- India orders a club at the U.S. Embassy in New Delhi to halt commercial activities
- U.S. Energy Secretary Ernest Moniz will no longer visit India next week, an official says
- The postponement comes amid tensions over the arrest of an Indian diplomat in New York
- Indian officials have expressed outrage that the female diplomat was strip-searched
U.S. Energy Secretary Ernest Moniz's planned visit to India next week has been delayed, an Energy Department official said Wednesday.
The postponement of the trip comes amid tensions between New Delhi and Washington over the treatment of an Indian diplomat who was arrested in New York last month on charges of fraud and making false statements on a visa application for her former housekeeper.
"I can confirm that Secretary Moniz is no longer traveling to India next week," the Energy Department official said. "We have been in conversation with Indian counterparts about the dates, and we have agreed to hold the dialogue in the near future at a mutually convenient date."
Indian officials expressed outrage last month when news emerged that Devyani Khobragade, the country's deputy consul general in New York, had been strip-searched by U.S. law enforcement officials after her arrest.
They have demanded that the United States apologize and drop the charges against Khobragade, whose lawyer says she is innocent and entitled to diplomatic immunity.
Amid the uproar over the issue in the local media last month, Indian authorities expressed their displeasure by removing concrete barriers from outside the U.S. Embassy and taking away American diplomats' identification cards.
Moniz's postponed India trip appears to be a high-profile result of the fallout from the dispute.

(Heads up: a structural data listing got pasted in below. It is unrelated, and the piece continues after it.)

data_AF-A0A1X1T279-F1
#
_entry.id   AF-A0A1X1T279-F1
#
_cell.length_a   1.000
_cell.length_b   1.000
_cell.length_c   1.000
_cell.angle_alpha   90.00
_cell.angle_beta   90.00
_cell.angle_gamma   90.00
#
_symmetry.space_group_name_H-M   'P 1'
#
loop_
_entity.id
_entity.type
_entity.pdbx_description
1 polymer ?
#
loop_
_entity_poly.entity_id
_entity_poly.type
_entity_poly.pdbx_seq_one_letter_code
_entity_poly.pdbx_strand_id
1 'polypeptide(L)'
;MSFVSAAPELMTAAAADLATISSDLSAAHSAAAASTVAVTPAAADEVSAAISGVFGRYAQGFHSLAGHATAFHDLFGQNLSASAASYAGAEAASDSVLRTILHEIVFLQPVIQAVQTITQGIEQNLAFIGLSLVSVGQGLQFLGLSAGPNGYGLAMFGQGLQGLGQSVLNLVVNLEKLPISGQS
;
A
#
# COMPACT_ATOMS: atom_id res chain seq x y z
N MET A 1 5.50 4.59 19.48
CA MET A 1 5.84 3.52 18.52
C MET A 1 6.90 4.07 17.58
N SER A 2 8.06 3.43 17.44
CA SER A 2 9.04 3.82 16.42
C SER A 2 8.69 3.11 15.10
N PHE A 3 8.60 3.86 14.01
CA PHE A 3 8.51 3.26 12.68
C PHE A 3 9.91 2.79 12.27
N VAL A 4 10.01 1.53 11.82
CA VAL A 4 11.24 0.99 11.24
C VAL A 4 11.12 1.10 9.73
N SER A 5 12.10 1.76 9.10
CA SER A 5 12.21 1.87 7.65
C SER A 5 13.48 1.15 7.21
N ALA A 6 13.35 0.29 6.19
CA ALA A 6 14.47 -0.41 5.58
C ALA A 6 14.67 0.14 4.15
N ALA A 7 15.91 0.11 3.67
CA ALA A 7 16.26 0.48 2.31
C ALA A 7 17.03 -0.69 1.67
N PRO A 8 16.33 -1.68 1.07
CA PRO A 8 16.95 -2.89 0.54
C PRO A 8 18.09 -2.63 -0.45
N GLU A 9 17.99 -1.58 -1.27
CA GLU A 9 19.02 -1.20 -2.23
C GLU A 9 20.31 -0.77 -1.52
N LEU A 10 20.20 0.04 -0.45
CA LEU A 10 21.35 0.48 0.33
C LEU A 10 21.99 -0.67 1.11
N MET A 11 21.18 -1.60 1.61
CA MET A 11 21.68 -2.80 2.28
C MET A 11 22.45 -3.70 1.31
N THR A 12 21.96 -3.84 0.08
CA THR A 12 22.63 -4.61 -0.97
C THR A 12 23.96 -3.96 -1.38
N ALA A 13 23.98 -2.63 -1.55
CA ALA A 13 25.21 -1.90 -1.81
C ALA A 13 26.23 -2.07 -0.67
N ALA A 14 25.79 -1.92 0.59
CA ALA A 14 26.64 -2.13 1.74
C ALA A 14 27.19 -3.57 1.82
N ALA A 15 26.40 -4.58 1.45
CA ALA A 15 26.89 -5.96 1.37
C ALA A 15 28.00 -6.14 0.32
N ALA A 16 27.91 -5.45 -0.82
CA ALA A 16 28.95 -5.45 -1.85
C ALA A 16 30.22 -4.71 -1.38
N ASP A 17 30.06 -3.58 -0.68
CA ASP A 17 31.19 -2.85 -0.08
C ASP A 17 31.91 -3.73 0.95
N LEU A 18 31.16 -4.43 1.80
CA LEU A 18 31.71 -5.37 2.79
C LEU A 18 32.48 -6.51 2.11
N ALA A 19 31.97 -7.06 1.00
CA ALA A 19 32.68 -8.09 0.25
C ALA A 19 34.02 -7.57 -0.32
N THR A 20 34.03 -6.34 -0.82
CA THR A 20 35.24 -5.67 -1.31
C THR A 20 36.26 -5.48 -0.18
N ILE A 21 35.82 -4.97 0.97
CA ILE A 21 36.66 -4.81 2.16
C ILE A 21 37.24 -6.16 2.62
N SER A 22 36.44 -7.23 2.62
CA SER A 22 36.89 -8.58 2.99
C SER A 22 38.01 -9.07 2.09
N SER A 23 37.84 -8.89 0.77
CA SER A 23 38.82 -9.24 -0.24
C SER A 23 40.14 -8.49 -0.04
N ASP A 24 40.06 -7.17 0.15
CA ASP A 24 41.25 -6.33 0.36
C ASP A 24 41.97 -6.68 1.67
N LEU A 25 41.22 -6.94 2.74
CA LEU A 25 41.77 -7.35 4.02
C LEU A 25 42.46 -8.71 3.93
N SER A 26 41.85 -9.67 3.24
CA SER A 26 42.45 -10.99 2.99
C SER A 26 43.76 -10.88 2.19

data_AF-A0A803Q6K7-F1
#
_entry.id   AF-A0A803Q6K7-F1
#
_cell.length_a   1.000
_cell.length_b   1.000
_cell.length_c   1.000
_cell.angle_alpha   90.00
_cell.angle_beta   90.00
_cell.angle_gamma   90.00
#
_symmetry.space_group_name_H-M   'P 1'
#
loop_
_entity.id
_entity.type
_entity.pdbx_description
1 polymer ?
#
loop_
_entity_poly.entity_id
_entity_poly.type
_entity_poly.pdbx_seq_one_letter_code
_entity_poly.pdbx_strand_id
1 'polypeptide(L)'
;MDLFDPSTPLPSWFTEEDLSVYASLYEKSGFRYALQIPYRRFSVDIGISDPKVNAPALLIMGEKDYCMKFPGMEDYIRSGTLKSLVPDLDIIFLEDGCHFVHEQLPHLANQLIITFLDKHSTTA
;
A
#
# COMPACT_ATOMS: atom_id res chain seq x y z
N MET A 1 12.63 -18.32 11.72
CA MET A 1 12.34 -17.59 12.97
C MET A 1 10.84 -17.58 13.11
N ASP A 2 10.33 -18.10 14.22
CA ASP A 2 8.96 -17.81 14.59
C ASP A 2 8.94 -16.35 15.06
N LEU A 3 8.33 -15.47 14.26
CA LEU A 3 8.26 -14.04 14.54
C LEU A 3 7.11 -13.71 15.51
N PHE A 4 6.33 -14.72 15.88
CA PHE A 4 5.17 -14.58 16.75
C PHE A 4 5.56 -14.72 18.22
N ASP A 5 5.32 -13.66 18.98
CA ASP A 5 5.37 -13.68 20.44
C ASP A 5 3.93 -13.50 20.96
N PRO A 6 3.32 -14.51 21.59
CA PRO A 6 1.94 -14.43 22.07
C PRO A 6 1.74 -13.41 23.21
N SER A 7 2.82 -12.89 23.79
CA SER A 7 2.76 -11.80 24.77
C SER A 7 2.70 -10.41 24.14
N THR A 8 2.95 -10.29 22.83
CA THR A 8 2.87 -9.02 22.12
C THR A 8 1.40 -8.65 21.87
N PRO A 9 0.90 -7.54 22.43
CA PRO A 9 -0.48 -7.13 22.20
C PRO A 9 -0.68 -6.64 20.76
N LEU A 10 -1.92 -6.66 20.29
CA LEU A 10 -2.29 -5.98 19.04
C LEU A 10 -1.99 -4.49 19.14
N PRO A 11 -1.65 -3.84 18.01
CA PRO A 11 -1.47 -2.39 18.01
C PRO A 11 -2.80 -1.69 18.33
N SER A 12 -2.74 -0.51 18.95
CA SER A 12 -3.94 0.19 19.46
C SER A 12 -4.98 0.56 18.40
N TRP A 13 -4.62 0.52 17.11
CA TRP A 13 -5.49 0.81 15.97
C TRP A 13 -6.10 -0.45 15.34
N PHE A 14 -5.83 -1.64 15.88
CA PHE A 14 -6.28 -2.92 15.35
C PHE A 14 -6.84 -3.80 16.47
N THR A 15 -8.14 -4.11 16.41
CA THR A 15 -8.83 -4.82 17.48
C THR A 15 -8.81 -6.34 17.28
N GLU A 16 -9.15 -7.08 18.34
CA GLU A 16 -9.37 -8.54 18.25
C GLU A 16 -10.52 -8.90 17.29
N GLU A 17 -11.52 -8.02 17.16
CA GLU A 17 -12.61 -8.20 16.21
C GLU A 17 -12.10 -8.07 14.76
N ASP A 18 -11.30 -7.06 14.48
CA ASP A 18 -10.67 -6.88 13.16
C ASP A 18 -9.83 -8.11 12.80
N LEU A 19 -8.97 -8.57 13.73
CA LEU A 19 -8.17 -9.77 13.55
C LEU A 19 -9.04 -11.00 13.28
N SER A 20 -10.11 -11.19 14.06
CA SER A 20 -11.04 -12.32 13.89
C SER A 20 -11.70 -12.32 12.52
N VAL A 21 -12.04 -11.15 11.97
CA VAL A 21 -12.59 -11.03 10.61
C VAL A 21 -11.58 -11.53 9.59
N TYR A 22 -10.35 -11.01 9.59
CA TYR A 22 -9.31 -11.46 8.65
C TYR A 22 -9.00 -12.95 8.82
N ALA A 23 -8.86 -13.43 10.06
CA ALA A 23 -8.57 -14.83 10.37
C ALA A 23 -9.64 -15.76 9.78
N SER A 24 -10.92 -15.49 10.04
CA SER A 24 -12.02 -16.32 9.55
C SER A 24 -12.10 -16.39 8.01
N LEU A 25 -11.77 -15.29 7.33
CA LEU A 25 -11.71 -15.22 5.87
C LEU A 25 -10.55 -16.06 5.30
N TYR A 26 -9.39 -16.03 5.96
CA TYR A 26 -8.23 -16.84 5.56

In another move, Indian authorities ordered the U.S. Embassy in New Delhi to halt commercial activities at a club on its property by January 16, an Indian external affairs official said Thursday.
The official said the multipurpose American club in the embassy compound was being used by nondiplomats, which contravenes an article of the Vienna Convention.
Despite the pressure, U.S. officials say there are no plans to drop the case against Khobragade, who is accused of paying her former housekeeper, Sangeeta Richard, a fraction of the amount promised in the visa application and telling Richard to keep quiet about the situation.
They have said Khobragade is entitled to consular immunity, which is less broad than diplomatic immunity and covers only actions carried out under official duties.
Secretary of State John Kerry expressed "regret" about the situation last month, but stopped short of saying the United States had done anything wrong.
Human rights activists say Indian authorities' anger about Khobragade being strip-searched misses the bigger issue of her alleged wrongdoing with regard to Richard. They say the mistreatment of domestic workers is a widespread and often overlooked problem around the world.
Indian and U.S. officials have repeatedly said that they hope the situation won't undermine relations between the two countries in the long term.
"We place great emphasis on the U.S.-India energy partnership, which is a key element of the overall strategic partnership," the Energy Department official said Wednesday.
The talks between the two sides are aimed at exchanging views "on clean and renewable energy, civilian nuclear energy, regional energy projects, and a host of other topics that are essential to the well-being and prosperity of both our peoples," the official said.